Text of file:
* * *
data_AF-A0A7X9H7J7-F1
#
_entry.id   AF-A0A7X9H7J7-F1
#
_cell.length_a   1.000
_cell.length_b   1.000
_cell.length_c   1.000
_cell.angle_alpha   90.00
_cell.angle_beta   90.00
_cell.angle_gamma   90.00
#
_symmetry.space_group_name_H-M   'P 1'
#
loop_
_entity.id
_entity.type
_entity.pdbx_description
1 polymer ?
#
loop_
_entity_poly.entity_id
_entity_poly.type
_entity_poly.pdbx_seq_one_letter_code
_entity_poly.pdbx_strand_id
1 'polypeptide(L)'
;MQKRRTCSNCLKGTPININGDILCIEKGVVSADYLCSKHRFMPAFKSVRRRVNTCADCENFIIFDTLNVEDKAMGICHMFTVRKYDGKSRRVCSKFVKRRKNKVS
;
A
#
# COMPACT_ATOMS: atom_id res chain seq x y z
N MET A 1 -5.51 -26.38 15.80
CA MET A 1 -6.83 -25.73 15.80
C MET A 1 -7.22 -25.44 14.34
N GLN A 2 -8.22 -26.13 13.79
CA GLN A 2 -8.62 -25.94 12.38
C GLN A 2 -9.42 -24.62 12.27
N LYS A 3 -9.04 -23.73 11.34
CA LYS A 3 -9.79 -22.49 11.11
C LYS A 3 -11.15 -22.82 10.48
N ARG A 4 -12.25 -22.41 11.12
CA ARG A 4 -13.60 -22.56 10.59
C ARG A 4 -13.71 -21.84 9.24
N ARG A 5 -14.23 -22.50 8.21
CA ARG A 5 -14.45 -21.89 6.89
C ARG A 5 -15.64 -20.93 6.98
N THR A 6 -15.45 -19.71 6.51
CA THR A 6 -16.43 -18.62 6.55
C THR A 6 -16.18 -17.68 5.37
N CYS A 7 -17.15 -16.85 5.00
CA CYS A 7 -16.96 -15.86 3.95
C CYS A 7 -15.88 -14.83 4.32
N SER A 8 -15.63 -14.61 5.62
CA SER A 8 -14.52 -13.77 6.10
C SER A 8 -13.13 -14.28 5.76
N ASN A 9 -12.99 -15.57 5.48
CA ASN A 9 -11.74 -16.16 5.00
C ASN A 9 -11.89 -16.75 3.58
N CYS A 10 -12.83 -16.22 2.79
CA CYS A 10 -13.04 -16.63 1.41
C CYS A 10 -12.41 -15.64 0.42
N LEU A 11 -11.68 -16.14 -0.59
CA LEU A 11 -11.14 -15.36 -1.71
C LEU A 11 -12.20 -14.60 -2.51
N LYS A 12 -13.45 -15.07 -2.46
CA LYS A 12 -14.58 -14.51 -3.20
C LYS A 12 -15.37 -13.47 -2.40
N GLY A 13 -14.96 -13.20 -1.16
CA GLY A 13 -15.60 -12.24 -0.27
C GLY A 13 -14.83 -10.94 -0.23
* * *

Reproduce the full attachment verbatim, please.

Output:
data_AF-A0A7X9H7J7-F1
#
_entry.id   AF-A0A7X9H7J7-F1
#
_cell.length_a   1.000
_cell.length_b   1.000
_cell.length_c   1.000
_cell.angle_alpha   90.00
_cell.angle_beta   90.00
_cell.angle_gamma   90.00
#
_symmetry.space_group_name_H-M   'P 1'
#
loop_
_entity.id
_entity.type
_entity.pdbx_description
1 polymer ?
#
loop_
_entity_poly.entity_id
_entity_poly.type
_entity_poly.pdbx_seq_one_letter_code
_entity_poly.pdbx_strand_id
1 'polypeptide(L)'
;MQKRRTCSNCLKGTPININGDILCIEKGVVSADYLCSKHRFMPAFKSVRRRVNTCADCENFIIFDTLNVEDKAMGICHMFTVRKYDGKSRRVCSKFVKRRKNKVS
;
A
#
# COMPACT_ATOMS: atom_id res chain seq x y z
N MET A 1 -5.51 -26.38 15.80
CA MET A 1 -6.83 -25.73 15.80
C MET A 1 -7.22 -25.44 14.34
N GLN A 2 -8.22 -26.13 13.79
CA GLN A 2 -8.62 -25.94 12.38
C GLN A 2 -9.42 -24.62 12.27
N LYS A 3 -9.04 -23.73 11.34
CA LYS A 3 -9.79 -22.49 11.11
C LYS A 3 -11.15 -22.82 10.48
N ARG A 4 -12.25 -22.41 11.12
CA ARG A 4 -13.60 -22.56 10.59
C ARG A 4 -13.71 -21.84 9.24
N ARG A 5 -14.23 -22.50 8.21
CA ARG A 5 -14.45 -21.89 6.89
C ARG A 5 -15.64 -20.93 6.98
N THR A 6 -15.45 -19.71 6.51
CA THR A 6 -16.43 -18.62 6.55
C THR A 6 -16.18 -17.68 5.37
N CYS A 7 -17.15 -16.85 5.00
CA CYS A 7 -16.96 -15.86 3.95
C CYS A 7 -15.88 -14.83 4.32
N SER A 8 -15.63 -14.61 5.62
CA SER A 8 -14.52 -13.77 6.10
C SER A 8 -13.13 -14.28 5.76
N ASN A 9 -12.99 -15.57 5.48
CA ASN A 9 -11.74 -16.16 5.00
C ASN A 9 -11.89 -16.75 3.58
N CYS A 10 -12.83 -16.22 2.79
CA CYS A 10 -13.04 -16.63 1.41
C CYS A 10 -12.41 -15.64 0.42
N LEU A 11 -11.68 -16.14 -0.59
CA LEU A 11 -11.14 -15.36 -1.71
C LEU A 11 -12.20 -14.60 -2.51
N LYS A 12 -13.45 -15.07 -2.46
CA LYS A 12 -14.58 -14.51 -3.20
C LYS A 12 -15.37 -13.47 -2.40
N GLY A 13 -14.96 -13.20 -1.16
CA GLY A 13 -15.60 -12.24 -0.27
C GLY A 13 -14.83 -10.94 -0.23